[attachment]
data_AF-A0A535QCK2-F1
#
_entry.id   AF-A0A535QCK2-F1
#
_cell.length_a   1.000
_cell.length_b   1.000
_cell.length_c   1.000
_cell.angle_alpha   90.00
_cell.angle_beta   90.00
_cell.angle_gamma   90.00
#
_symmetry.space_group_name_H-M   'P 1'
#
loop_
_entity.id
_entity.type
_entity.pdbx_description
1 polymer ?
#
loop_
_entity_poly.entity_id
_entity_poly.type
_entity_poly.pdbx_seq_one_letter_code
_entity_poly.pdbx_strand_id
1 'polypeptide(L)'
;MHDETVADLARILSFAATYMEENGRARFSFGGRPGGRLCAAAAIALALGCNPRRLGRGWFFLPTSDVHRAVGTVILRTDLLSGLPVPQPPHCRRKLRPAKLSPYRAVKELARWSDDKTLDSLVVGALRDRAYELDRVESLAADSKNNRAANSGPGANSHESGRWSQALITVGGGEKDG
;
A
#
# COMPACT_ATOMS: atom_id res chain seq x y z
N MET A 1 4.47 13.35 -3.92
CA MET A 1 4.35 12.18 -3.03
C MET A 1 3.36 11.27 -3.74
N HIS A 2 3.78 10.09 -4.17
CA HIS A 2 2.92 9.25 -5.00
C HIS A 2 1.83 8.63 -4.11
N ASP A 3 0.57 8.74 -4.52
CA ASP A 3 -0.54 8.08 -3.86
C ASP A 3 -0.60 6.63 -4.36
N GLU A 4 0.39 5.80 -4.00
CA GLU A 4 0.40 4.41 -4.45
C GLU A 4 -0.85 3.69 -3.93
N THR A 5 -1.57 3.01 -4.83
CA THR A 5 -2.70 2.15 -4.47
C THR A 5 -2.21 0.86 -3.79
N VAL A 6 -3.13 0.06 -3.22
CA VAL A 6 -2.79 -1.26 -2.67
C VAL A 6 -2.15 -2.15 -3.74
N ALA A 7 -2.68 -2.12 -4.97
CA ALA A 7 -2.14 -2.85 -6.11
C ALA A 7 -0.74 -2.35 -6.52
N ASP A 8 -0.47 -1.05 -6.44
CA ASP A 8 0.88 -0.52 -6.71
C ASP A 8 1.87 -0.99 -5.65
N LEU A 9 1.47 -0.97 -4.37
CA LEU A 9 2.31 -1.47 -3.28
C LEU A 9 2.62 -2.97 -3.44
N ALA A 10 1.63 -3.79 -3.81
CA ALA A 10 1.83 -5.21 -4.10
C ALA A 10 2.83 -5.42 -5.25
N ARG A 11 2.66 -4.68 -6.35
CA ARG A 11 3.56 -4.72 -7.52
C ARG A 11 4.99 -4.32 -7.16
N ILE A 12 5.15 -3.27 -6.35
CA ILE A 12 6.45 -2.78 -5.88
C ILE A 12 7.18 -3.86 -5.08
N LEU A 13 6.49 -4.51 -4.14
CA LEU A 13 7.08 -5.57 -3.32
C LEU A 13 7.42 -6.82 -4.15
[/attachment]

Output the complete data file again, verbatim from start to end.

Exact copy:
data_AF-A0A535QCK2-F1
#
_entry.id   AF-A0A535QCK2-F1
#
_cell.length_a   1.000
_cell.length_b   1.000
_cell.length_c   1.000
_cell.angle_alpha   90.00
_cell.angle_beta   90.00
_cell.angle_gamma   90.00
#
_symmetry.space_group_name_H-M   'P 1'
#
loop_
_entity.id
_entity.type
_entity.pdbx_description
1 polymer ?
#
loop_
_entity_poly.entity_id
_entity_poly.type
_entity_poly.pdbx_seq_one_letter_code
_entity_poly.pdbx_strand_id
1 'polypeptide(L)'
;MHDETVADLARILSFAATYMEENGRARFSFGGRPGGRLCAAAAIALALGCNPRRLGRGWFFLPTSDVHRAVGTVILRTDLLSGLPVPQPPHCRRKLRPAKLSPYRAVKELARWSDDKTLDSLVVGALRDRAYELDRVESLAADSKNNRAANSGPGANSHESGRWSQALITVGGGEKDG
;
A
#
# COMPACT_ATOMS: atom_id res chain seq x y z
N MET A 1 4.47 13.35 -3.92
CA MET A 1 4.35 12.18 -3.03
C MET A 1 3.36 11.27 -3.74
N HIS A 2 3.78 10.09 -4.17
CA HIS A 2 2.92 9.25 -5.00
C HIS A 2 1.83 8.63 -4.11
N ASP A 3 0.57 8.74 -4.52
CA ASP A 3 -0.54 8.08 -3.86
C ASP A 3 -0.60 6.63 -4.36
N GLU A 4 0.39 5.80 -4.00
CA GLU A 4 0.40 4.41 -4.45
C GLU A 4 -0.85 3.69 -3.93
N THR A 5 -1.57 3.01 -4.83
CA THR A 5 -2.70 2.15 -4.47
C THR A 5 -2.21 0.86 -3.79
N VAL A 6 -3.13 0.06 -3.22
CA VAL A 6 -2.79 -1.26 -2.67
C VAL A 6 -2.15 -2.15 -3.74
N ALA A 7 -2.68 -2.12 -4.97
CA ALA A 7 -2.14 -2.85 -6.11
C ALA A 7 -0.74 -2.35 -6.52
N ASP A 8 -0.47 -1.05 -6.44
CA ASP A 8 0.88 -0.52 -6.71
C ASP A 8 1.87 -0.99 -5.65
N LEU A 9 1.47 -0.97 -4.37
CA LEU A 9 2.31 -1.47 -3.28
C LEU A 9 2.62 -2.97 -3.44
N ALA A 10 1.63 -3.79 -3.81
CA ALA A 10 1.83 -5.21 -4.10
C ALA A 10 2.83 -5.42 -5.25
N ARG A 11 2.66 -4.68 -6.35
CA ARG A 11 3.56 -4.72 -7.52
C ARG A 11 4.99 -4.32 -7.16
N ILE A 12 5.15 -3.27 -6.35
CA ILE A 12 6.45 -2.78 -5.88
C ILE A 12 7.18 -3.86 -5.08
N LEU A 13 6.49 -4.51 -4.14
CA LEU A 13 7.08 -5.57 -3.32
C LEU A 13 7.42 -6.82 -4.15